A luxury tax in professional sports is a surcharge put on the aggregate payroll of a team to the extent to which it exceeds a predetermined guideline level set by the league. The ostensible purpose of this "tax" is to prevent teams in major markets with high incomes from signing almost all of the more talented players and hence destroying the competitive balance necessary for a sport to maintain fan interest. The money derived from the "tax" is then divided among the teams that play in the smaller markets, presumably to allow them to have more revenue to devote toward the contracts of high-quality players.[1]

In North America, Major League Baseball has implemented the luxury tax system. The National Basketball Association also has a luxury tax provision; its utility is somewhat limited by the fact that the league also has a salary cap provision. The "hard" salary cap of the National Football League has prevented any need for a luxury tax arrangement.[2] The National Hockey League also has a hard salary cap.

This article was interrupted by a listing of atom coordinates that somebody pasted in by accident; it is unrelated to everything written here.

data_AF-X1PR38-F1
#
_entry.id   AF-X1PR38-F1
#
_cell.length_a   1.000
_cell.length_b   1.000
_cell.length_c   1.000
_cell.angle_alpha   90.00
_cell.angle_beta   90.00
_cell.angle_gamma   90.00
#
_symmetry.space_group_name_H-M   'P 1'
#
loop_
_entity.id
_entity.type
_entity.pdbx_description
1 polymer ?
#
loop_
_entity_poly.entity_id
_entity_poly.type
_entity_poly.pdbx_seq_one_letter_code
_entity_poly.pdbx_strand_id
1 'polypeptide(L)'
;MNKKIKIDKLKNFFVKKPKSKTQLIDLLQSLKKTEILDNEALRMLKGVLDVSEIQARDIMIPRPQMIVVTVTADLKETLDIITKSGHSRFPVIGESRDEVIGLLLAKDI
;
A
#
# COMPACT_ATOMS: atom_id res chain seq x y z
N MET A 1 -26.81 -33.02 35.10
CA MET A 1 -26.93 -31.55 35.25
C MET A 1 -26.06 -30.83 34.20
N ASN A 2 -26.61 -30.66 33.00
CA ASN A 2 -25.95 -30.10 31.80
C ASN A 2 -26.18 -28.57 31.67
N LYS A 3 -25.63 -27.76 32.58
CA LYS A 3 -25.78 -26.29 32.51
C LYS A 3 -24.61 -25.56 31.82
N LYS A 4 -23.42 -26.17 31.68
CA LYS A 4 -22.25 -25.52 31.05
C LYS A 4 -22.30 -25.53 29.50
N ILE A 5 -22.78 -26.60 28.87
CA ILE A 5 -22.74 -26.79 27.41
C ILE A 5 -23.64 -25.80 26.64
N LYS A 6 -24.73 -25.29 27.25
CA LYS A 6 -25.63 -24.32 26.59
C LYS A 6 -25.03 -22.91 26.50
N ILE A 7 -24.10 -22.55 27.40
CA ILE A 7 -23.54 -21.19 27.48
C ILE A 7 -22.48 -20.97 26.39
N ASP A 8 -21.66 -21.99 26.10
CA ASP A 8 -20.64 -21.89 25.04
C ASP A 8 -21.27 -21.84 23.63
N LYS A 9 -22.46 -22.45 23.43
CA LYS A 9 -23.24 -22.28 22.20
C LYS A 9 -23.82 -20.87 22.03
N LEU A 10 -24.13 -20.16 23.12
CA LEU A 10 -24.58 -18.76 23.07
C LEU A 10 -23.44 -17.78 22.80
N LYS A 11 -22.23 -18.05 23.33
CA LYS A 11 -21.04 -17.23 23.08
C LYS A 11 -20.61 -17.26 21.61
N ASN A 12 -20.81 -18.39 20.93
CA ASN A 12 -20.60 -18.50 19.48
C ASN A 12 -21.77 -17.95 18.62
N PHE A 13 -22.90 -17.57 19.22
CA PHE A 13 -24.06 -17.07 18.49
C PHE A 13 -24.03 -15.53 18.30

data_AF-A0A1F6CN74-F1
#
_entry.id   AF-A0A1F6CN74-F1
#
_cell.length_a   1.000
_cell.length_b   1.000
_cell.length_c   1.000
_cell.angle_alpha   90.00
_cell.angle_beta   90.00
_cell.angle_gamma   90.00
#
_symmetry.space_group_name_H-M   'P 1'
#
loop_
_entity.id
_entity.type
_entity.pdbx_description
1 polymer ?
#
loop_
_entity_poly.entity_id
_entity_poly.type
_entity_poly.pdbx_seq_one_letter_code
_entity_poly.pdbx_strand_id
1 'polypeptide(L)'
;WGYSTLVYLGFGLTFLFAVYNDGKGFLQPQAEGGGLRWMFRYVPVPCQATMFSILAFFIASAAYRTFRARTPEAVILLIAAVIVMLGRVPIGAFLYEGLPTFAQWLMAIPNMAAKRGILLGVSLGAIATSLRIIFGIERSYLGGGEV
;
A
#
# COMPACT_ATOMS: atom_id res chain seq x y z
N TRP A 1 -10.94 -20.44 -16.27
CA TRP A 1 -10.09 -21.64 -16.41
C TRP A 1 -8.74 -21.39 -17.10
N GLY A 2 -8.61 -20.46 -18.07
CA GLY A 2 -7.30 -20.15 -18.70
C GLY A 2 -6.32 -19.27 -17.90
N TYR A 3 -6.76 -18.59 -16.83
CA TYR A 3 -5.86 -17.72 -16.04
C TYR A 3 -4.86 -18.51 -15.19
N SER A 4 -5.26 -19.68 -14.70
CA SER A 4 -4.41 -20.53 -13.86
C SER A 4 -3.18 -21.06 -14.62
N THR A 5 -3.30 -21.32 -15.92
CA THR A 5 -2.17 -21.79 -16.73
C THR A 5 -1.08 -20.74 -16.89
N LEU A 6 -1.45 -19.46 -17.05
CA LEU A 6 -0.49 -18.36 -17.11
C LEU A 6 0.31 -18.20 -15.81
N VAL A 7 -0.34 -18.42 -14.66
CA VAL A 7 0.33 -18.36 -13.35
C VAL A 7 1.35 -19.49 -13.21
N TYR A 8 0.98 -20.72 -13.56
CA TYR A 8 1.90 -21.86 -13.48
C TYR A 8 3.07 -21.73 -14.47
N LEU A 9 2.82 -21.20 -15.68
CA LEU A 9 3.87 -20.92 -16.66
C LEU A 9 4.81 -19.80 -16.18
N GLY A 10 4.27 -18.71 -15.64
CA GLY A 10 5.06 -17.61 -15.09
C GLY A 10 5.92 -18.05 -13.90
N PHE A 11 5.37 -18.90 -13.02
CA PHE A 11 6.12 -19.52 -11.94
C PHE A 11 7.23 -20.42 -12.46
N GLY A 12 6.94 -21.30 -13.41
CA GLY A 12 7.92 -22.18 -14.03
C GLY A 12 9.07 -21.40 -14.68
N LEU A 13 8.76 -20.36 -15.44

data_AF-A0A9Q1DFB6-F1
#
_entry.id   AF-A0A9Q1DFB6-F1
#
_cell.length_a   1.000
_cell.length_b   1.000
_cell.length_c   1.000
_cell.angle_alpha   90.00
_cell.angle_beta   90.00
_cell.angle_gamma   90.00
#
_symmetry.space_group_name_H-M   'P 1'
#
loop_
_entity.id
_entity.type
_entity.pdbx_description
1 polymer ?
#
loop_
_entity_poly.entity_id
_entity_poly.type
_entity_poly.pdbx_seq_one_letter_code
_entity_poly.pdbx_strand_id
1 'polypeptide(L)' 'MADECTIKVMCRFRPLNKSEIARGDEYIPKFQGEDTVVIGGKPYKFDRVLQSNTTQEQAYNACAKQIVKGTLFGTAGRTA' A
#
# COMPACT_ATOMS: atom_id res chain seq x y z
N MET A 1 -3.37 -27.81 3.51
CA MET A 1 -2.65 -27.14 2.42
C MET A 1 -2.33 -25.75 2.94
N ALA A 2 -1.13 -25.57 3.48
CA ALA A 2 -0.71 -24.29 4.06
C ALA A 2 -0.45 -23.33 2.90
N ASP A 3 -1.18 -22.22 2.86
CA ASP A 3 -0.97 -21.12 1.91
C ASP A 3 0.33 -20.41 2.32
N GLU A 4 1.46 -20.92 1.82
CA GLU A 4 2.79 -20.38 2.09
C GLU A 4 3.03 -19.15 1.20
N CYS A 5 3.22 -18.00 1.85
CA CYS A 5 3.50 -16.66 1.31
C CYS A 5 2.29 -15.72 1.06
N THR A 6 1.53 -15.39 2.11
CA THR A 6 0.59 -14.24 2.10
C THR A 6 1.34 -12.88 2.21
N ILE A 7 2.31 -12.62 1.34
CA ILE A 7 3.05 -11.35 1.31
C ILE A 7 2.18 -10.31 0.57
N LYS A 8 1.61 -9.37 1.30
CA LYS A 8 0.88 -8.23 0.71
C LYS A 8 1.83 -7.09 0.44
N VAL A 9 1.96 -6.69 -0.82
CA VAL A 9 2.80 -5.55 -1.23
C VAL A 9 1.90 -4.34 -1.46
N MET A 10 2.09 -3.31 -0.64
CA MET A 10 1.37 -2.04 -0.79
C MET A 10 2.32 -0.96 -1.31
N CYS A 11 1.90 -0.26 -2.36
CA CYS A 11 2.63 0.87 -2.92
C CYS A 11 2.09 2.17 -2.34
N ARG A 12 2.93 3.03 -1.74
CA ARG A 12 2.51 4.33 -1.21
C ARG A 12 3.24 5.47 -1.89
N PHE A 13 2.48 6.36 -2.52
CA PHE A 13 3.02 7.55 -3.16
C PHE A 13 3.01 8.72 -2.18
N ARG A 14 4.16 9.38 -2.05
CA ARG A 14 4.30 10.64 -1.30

1. Dietl, H., Lang, M. and Werner, S. (2010): "The Effect of Luxury Taxes on Competitive Balance, Club Profits, and Social Welfare in Sports Leagues", forthcoming in International Journal of Sport Finance.
  2. Andreff, Wladimir; Stefan Szymański (2006). Handbook on the economics of sport. Edward Elgar Publishing, 656. ISBN 9781843766087. 
This page uses content from Wikipedia. The original article was at Luxury tax. The list of authors can be seen in the page history. As with Ice Hockey Wiki, the text of Wikipedia is available under the Creative Commons Attribution-Share Alike License 3.0 (Unported) (CC-BY-SA).

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